In this case, however, even an amendment to the pleadings which asserted that the deduction made by the Association was valid pursuant to paragraph 7(b) would have no effect on the validity of the trial court's action in granting the motion for summary judgment on the basis that paragraph 15(a) was invalid. The language in the trial court's order granting the summary judgment (to the effect that the Association had no authority under any provision of the contract to make the alleged deductions), in our view, is no more than a statement of the trial court's opinion on the matter. If the trial court's order had stated that Campesi's supplemental motion for summary judgment should be overruled on the basis that the Association was authorized to deduct damages pursuant to other paragraphs of the Marketing Agreement, the result of the summary judgment and the remaining fact issues in the case would have been the same: 1) Campesi would not be entitled to control the amount so deducted until a final disposition of the cause; and 2) the amount of money the Association would be entitled to retain from the amount withheld would be a fact issue (because the specific amount withheld, by the Association's own admission, was computed solely upon the void paragraph 15(a)).
In addition, the trial court explicitly recognized that other factual determinations remained. In its summary judgment, the trial court stated, in part, as follows:
"It further appears to the Court that there remains pending in this cause, . . . defendant's Counter-Claim."
The allegations contained in the Association's counterclaim included those items the Association contended were properly deducted pursuant to paragraph 7(b) of the Marketing Agreement.
The underlying purpose of Rule 166-A is to eliminate patently unmeritorious claims or untenable defenses, and the rule is not intended to deprive the litigants of their right to a full hearing on the merits of any real issue of fact. In re Price's Estate v. State Nat. Bank of El Paso, 375 S.W.2d 900 (Tex.Sup. 1964); Gulbenkian v. Penn, 151 Tex. 412, 252 S.W.2d 929 (1953). Thus, a motion for summary judgment will not be defeated by the existence of a dispute upon issues that are immaterial. 4 McDonald, Texas Civil Practice, § 17.26.12, p. 171 (1971). Here, the case proceeded to trial on the only remaining fact issues.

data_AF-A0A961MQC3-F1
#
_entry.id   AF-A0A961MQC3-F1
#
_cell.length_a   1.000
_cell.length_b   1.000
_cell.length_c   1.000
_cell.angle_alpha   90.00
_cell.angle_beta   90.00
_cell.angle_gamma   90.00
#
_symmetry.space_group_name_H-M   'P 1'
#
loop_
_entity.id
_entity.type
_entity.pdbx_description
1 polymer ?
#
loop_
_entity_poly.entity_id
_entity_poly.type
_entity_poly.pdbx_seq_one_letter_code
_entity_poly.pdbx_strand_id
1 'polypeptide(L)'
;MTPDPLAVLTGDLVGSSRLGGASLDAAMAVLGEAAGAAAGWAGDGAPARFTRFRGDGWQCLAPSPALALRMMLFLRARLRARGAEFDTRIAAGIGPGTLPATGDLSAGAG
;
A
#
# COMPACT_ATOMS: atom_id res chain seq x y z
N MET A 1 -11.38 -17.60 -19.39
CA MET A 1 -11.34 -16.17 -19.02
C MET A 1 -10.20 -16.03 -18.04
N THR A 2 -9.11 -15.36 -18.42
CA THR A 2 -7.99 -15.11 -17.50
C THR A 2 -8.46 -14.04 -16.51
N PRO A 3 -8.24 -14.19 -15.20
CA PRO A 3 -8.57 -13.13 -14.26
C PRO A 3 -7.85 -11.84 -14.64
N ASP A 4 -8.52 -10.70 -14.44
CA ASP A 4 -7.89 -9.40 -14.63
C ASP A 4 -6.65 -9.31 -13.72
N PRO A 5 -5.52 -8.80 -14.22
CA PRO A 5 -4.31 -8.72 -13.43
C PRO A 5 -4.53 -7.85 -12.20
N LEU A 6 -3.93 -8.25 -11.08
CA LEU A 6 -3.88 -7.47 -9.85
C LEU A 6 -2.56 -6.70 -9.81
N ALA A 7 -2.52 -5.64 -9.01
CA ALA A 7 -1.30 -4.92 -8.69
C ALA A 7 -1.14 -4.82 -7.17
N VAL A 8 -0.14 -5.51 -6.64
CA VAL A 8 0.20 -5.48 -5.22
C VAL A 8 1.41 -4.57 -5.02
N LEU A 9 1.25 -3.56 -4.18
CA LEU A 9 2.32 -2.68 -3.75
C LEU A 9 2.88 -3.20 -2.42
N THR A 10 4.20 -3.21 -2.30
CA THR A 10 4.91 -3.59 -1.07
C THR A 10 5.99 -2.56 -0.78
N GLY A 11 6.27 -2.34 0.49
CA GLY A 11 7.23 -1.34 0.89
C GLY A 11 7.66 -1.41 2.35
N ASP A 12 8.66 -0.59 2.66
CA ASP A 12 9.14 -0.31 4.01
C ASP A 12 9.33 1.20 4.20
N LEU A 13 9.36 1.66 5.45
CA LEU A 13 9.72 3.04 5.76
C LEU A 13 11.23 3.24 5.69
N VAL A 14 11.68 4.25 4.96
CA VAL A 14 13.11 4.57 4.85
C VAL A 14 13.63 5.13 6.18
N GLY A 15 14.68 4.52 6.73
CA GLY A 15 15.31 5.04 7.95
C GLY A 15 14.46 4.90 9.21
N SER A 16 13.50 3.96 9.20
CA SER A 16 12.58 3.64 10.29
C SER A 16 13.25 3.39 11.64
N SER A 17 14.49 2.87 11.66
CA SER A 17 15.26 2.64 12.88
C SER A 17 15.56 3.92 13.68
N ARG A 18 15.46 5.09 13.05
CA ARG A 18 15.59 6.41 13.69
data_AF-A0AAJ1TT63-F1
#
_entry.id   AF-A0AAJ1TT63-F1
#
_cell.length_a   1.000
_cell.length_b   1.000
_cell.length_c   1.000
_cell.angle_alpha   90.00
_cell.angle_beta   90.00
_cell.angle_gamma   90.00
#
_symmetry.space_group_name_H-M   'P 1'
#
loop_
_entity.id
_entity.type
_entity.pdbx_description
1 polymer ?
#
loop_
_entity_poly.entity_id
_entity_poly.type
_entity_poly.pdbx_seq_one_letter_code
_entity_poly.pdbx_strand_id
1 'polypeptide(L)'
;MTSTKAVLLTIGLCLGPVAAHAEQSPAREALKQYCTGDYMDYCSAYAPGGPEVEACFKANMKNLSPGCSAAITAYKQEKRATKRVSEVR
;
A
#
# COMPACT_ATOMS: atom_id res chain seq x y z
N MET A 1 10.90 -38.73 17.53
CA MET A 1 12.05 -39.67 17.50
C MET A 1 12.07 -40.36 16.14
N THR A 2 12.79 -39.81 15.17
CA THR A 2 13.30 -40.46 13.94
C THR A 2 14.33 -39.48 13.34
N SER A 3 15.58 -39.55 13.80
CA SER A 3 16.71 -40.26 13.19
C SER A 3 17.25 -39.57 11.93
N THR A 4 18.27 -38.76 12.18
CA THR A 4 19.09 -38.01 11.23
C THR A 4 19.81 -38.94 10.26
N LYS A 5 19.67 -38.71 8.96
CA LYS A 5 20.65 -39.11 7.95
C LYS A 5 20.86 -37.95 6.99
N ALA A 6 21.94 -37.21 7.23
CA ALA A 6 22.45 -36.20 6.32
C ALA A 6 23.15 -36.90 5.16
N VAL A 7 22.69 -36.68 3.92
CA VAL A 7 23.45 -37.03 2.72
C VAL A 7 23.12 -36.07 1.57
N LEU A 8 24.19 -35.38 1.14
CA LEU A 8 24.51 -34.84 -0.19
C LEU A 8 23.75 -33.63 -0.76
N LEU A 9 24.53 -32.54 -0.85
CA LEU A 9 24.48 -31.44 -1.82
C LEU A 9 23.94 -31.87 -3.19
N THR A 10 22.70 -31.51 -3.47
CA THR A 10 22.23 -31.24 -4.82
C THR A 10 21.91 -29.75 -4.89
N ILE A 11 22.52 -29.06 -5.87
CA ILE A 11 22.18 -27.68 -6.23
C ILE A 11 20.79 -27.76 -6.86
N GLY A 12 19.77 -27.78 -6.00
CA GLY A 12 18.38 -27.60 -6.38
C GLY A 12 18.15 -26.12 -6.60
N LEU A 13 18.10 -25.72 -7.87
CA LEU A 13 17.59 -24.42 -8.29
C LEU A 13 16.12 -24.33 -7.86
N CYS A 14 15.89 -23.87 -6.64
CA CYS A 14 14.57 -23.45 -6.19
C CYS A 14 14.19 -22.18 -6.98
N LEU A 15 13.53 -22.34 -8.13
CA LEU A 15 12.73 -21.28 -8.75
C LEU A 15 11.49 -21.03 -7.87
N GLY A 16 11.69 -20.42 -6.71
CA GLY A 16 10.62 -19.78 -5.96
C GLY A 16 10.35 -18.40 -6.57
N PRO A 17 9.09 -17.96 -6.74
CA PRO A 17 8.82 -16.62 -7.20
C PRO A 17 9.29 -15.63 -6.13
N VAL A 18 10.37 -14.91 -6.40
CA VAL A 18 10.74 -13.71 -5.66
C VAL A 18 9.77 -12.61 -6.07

We conclude that the trial court's summary judgment was proper, and that the trial court properly delineated the issues of fact that remained for the jury's consideration. The existence of paragraph 7(b), or other similar paragraphs in the marketing agreement, were unrelated to the summary judgment issues. The trial court's reference to the Association's lack of authority to make Any deduction under the marketing agreement is surplusage, and is not to be interpreted as a construction of any portion of the marketing agreement other than paragraph 15(a). The summary judgment is accordingly affirmed.
We turn next to the Association's arguments applicable to points of error two and three as they relate to the trial of the remaining fact issues in the case, including the Association's cross-action against Campesi. The Association complains that the trial court erred in refusing to admit parol testimony during the trial regarding an alleged ambiguity of paragraph 7(b). The relevant portion of the statement of facts contains only the argument of appellant's counsel and not the substance of the evidence the Association sought to introduce. According to the Association's counsel, the issue concerning the fixed costs under paragraph 7(b) was: "when they are going to have to be paid." Paragraph 7(b) contained no expressed time. However, the Association's position, as we understand it, was that paragraph 7(b) authorized the Association to deduct a member's share of such fixed operating expenses incurred in the previous year from the proceeds otherwise due the members for the next growing season without having to file a suit to collect a member's fixed share for the year in which he failed to grow a crop. The trial court refused to hear the proffered testimony. Thereafter, the Association failed to except to such ruling or to preserve, in any manner, the substance of the testimony it sought to introduce.
As a general rule, error is not shown in the exclusion of the evidence unless the complaining party brings before the appellate court a record that shows clearly not only what the evidence would have been if admitted, but also its relevancy. The complaining party must except to the trial court's ruling excluding the testimony, and in addition, preserve the substance of such testimony in the record. Swinney v. Winters, 532 S.W.2d 396, 402 (Tex.Civ.App. San Antonio 1975, writ ref'd n. r. e.); Texas Associates v. Joe Bland Construction Co., 222 S.W.2d 413 (Tex.Civ.App. Austin 1949, writ ref'd n. r. e.); Rule 372, Texas Rules of Civil Procedure. The complaining party has the burden to show reversible error by demonstrating that the exclusion of evidence was reasonably calculated to cause and probably did cause the rendition of an improper verdict and judgment. Gomez Leon v. State, 426 S.W.2d 562 (Tex.Sup. 1968); Ryder Tank Lines, Inc. v. Bentley, 397 S.W.2d 914 (Tex.Civ.App. Fort Worth 1965, writ ref'd n. r. e.).